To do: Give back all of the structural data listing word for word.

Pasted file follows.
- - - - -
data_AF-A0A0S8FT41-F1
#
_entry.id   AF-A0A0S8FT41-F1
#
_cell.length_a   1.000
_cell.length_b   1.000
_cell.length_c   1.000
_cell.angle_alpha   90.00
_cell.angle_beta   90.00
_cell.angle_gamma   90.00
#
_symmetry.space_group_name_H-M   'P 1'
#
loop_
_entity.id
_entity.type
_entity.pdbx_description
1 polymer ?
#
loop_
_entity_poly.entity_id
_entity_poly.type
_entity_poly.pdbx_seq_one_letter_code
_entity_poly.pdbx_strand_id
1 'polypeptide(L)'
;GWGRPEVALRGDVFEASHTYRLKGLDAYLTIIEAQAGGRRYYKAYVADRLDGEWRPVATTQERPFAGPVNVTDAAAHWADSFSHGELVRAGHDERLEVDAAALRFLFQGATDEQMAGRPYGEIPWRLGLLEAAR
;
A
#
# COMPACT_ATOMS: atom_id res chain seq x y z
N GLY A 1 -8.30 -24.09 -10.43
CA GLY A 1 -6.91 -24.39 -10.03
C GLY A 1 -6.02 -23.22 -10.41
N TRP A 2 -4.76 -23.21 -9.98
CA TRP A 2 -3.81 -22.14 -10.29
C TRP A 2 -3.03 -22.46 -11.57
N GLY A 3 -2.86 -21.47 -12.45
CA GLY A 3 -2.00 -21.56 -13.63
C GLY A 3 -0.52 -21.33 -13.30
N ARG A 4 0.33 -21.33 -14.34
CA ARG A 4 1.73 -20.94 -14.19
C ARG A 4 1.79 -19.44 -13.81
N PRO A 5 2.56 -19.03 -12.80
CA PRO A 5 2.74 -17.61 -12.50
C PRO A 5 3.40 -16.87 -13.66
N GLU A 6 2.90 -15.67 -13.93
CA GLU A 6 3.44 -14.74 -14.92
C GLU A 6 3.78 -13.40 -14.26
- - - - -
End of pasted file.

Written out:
data_AF-A0A0S8FT41-F1
#
_entry.id   AF-A0A0S8FT41-F1
#
_cell.length_a   1.000
_cell.length_b   1.000
_cell.length_c   1.000
_cell.angle_alpha   90.00
_cell.angle_beta   90.00
_cell.angle_gamma   90.00
#
_symmetry.space_group_name_H-M   'P 1'
#
loop_
_entity.id
_entity.type
_entity.pdbx_description
1 polymer ?
#
loop_
_entity_poly.entity_id
_entity_poly.type
_entity_poly.pdbx_seq_one_letter_code
_entity_poly.pdbx_strand_id
1 'polypeptide(L)'
;GWGRPEVALRGDVFEASHTYRLKGLDAYLTIIEAQAGGRRYYKAYVADRLDGEWRPVATTQERPFAGPVNVTDAAAHWADSFSHGELVRAGHDERLEVDAAALRFLFQGATDEQMAGRPYGEIPWRLGLLEAAR
;
A
#
# COMPACT_ATOMS: atom_id res chain seq x y z
N GLY A 1 -8.30 -24.09 -10.43
CA GLY A 1 -6.91 -24.39 -10.03
C GLY A 1 -6.02 -23.22 -10.41
N TRP A 2 -4.76 -23.21 -9.98
CA TRP A 2 -3.81 -22.14 -10.29
C TRP A 2 -3.03 -22.46 -11.57
N GLY A 3 -2.86 -21.47 -12.45
CA GLY A 3 -2.00 -21.56 -13.63
C GLY A 3 -0.52 -21.33 -13.30
N ARG A 4 0.33 -21.33 -14.34
CA ARG A 4 1.73 -20.94 -14.19
C ARG A 4 1.79 -19.44 -13.81
N PRO A 5 2.56 -19.03 -12.80
CA PRO A 5 2.74 -17.61 -12.50
C PRO A 5 3.40 -16.87 -13.66
N GLU A 6 2.90 -15.67 -13.93
CA GLU A 6 3.44 -14.74 -14.92
C GLU A 6 3.78 -13.40 -14.26